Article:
“If you don’t have the money, you can’t buy the food,” Mason noted, adding that, not knowing what the future holds, “We try to keep our shelves stocked.”
The pantry is stocked through private donations, as well as donations of unused food from Oneonta High School and Panera Bread. So far, Mason said, supply is keeping up with demand. But she wasn’t so optimistic about the future.
“We need to watch our funds,” Mason cautioned, adding that the food pantry is “lucky to have the support from a number of places. ... It’s a very giving community that tries to help out any way they can.”
CHRISTMAS BASKETS GET THE AXE
In Delaware County, where Delaware Opportunities supports 15 affiliated food pantries in Delaware County, “It’s too soon to tell how the cuts will affect the service,” agency advocate Deborah Eisenberg said.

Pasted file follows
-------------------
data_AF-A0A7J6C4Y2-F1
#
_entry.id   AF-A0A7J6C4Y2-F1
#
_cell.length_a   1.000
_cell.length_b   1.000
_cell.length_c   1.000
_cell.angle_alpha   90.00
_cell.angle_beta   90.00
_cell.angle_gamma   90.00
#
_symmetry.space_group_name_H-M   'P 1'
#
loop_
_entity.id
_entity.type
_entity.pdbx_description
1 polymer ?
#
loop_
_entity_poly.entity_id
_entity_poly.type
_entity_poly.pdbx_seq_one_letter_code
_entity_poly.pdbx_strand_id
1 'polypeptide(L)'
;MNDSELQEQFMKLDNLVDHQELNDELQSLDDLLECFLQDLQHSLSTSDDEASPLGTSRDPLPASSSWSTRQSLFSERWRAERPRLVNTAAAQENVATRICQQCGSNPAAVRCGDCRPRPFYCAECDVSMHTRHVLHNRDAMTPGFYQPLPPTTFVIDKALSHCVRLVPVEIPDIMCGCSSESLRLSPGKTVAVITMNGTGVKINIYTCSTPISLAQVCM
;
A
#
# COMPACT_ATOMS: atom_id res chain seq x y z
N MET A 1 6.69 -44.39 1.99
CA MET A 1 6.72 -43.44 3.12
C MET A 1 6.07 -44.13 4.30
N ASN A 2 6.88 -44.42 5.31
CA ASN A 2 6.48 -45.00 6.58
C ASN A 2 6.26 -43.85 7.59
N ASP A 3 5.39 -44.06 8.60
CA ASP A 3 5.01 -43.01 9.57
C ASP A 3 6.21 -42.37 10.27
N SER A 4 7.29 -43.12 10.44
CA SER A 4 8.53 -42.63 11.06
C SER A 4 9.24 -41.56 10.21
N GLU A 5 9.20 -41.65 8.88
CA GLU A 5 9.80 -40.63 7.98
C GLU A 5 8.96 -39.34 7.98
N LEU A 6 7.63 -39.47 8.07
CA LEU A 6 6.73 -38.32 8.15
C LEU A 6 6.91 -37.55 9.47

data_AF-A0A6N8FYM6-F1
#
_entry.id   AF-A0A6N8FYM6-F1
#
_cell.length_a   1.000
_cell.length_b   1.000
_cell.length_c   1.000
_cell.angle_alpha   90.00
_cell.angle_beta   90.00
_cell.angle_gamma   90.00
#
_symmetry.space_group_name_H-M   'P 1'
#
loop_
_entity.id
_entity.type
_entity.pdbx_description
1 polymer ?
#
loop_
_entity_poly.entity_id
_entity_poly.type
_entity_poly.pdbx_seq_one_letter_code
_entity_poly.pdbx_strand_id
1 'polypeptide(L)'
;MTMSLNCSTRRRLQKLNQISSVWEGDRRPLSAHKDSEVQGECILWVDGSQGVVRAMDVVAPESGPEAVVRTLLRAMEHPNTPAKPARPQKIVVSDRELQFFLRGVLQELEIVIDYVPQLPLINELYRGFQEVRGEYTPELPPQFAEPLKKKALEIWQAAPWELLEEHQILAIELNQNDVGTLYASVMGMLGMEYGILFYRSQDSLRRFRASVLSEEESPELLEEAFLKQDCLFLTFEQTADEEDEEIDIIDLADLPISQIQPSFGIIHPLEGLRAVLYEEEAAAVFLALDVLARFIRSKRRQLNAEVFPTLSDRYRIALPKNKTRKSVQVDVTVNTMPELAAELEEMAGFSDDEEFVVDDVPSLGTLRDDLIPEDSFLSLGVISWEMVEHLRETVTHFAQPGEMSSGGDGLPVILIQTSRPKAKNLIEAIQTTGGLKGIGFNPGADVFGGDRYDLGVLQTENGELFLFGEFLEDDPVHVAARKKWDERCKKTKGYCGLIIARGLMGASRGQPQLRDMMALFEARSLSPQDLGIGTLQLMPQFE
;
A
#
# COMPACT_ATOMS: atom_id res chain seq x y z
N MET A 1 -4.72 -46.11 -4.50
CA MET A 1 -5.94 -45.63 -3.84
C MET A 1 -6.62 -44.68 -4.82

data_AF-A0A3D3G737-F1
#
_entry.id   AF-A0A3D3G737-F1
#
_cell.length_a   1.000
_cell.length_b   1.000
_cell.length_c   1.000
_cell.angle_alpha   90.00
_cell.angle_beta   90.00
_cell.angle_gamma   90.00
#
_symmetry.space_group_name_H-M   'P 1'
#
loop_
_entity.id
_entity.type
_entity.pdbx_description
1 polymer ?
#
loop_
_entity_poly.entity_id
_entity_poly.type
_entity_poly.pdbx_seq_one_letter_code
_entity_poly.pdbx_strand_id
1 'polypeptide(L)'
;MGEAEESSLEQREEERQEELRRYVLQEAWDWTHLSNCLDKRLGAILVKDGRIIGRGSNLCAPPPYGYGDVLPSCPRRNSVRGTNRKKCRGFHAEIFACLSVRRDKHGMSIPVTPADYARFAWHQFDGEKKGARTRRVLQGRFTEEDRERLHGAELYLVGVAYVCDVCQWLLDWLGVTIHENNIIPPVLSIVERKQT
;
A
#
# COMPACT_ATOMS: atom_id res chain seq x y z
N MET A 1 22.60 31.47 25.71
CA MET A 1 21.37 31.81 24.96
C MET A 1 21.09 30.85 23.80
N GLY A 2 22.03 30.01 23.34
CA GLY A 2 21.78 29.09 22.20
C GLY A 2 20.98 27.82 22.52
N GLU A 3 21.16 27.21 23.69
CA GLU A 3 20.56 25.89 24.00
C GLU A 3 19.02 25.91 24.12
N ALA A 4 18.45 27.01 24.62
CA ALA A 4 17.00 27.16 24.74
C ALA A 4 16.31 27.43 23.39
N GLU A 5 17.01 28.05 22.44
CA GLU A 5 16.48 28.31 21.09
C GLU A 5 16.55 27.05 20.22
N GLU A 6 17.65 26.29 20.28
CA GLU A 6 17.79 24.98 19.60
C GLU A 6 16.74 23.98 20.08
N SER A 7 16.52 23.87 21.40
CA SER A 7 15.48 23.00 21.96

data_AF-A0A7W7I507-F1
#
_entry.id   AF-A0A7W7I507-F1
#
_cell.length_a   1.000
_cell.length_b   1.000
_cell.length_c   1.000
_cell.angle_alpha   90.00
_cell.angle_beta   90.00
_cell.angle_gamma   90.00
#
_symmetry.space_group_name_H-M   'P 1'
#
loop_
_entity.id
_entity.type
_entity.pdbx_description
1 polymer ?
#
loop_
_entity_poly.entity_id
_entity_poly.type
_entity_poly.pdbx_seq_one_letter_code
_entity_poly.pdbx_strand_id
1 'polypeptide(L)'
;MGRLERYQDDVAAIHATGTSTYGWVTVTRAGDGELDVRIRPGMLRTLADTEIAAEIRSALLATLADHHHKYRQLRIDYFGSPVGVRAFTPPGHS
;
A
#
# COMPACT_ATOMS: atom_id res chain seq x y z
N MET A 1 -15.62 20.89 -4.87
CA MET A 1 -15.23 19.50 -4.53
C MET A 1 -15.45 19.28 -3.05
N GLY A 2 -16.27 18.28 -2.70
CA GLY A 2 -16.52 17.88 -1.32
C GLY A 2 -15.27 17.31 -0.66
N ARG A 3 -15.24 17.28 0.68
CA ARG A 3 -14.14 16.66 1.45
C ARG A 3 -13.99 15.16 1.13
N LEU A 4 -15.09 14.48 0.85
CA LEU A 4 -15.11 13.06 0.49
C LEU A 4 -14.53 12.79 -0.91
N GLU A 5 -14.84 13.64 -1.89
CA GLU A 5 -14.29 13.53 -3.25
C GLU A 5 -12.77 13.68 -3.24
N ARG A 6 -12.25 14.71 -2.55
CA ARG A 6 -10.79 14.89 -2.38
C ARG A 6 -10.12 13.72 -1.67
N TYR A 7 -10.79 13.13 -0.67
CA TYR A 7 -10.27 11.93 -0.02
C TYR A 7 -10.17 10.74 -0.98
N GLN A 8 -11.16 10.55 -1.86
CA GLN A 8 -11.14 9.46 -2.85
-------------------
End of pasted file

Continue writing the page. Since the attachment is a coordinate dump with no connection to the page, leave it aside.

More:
According to Eisenberg, people usually come at the end of the month for food, but it could start a little earlier this month because of the decrease in SNAP funds. USA Today estimated that the cuts amount to the loss of 21 meals for a family of four.
In light of tight budgets, the agency won’t be doing Christmas baskets this year. The savings of $8,000 is needed to make sure the pantries have adequate funding, she said.
About $4,000 a month is budgeted for food. Delhi and Hamden pantries served about 400 people in October, which is similar to the same time last year, she said.
The agency will be depending on methods such as food drives and informing people about what is going on to keep the shelves stocked.
“While we are okay for now,” a lot will depend on supplies from Regional Food Bank of Northeastern New York, which serves this area, she said.
CHURCH FOOD PANTRY ‘TIGHTENING THE BELT’